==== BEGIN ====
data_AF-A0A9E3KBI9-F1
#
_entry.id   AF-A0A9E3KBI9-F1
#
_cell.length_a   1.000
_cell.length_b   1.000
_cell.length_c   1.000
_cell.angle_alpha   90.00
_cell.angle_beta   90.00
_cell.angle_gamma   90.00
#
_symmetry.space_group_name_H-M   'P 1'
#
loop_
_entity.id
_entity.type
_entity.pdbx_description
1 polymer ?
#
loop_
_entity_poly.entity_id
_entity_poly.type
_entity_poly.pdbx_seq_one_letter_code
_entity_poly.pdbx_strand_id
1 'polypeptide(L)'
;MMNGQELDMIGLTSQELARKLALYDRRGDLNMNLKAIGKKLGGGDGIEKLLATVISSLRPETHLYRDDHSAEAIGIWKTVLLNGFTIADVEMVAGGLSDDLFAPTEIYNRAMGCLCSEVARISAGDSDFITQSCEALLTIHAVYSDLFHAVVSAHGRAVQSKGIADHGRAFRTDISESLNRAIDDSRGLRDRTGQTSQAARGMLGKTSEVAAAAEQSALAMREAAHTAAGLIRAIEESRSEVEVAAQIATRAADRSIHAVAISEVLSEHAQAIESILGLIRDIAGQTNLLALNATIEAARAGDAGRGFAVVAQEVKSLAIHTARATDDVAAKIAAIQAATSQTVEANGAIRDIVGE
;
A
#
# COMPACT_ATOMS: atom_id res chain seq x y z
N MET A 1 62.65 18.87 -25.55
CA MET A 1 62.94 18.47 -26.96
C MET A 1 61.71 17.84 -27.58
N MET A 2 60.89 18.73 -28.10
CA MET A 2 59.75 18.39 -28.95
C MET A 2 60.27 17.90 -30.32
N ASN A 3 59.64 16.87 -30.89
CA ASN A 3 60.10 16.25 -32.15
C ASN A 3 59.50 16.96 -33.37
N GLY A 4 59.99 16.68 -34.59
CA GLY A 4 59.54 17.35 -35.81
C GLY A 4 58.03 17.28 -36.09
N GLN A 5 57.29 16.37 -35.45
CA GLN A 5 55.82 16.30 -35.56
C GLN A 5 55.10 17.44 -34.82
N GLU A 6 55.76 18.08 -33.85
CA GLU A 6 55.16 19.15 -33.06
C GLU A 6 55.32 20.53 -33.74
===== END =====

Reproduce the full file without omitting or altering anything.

data_AF-A0A9E3KBI9-F1
#
_entry.id   AF-A0A9E3KBI9-F1
#
_cell.length_a   1.000
_cell.length_b   1.000
_cell.length_c   1.000
_cell.angle_alpha   90.00
_cell.angle_beta   90.00
_cell.angle_gamma   90.00
#
_symmetry.space_group_name_H-M   'P 1'
#
loop_
_entity.id
_entity.type
_entity.pdbx_description
1 polymer ?
#
loop_
_entity_poly.entity_id
_entity_poly.type
_entity_poly.pdbx_seq_one_letter_code
_entity_poly.pdbx_strand_id
1 'polypeptide(L)'
;MMNGQELDMIGLTSQELARKLALYDRRGDLNMNLKAIGKKLGGGDGIEKLLATVISSLRPETHLYRDDHSAEAIGIWKTVLLNGFTIADVEMVAGGLSDDLFAPTEIYNRAMGCLCSEVARISAGDSDFITQSCEALLTIHAVYSDLFHAVVSAHGRAVQSKGIADHGRAFRTDISESLNRAIDDSRGLRDRTGQTSQAARGMLGKTSEVAAAAEQSALAMREAAHTAAGLIRAIEESRSEVEVAAQIATRAADRSIHAVAISEVLSEHAQAIESILGLIRDIAGQTNLLALNATIEAARAGDAGRGFAVVAQEVKSLAIHTARATDDVAAKIAAIQAATSQTVEANGAIRDIVGE
;
A
#
# COMPACT_ATOMS: atom_id res chain seq x y z
N MET A 1 62.65 18.87 -25.55
CA MET A 1 62.94 18.47 -26.96
C MET A 1 61.71 17.84 -27.58
N MET A 2 60.89 18.73 -28.10
CA MET A 2 59.75 18.39 -28.95
C MET A 2 60.27 17.90 -30.32
N ASN A 3 59.64 16.87 -30.89
CA ASN A 3 60.10 16.25 -32.15
C ASN A 3 59.50 16.96 -33.37
N GLY A 4 59.99 16.68 -34.59
CA GLY A 4 59.54 17.35 -35.81
C GLY A 4 58.03 17.28 -36.09
N GLN A 5 57.29 16.37 -35.45
CA GLN A 5 55.82 16.30 -35.56
C GLN A 5 55.10 17.44 -34.82
N GLU A 6 55.76 18.08 -33.85
CA GLU A 6 55.16 19.15 -33.06
C GLU A 6 55.32 20.53 -33.74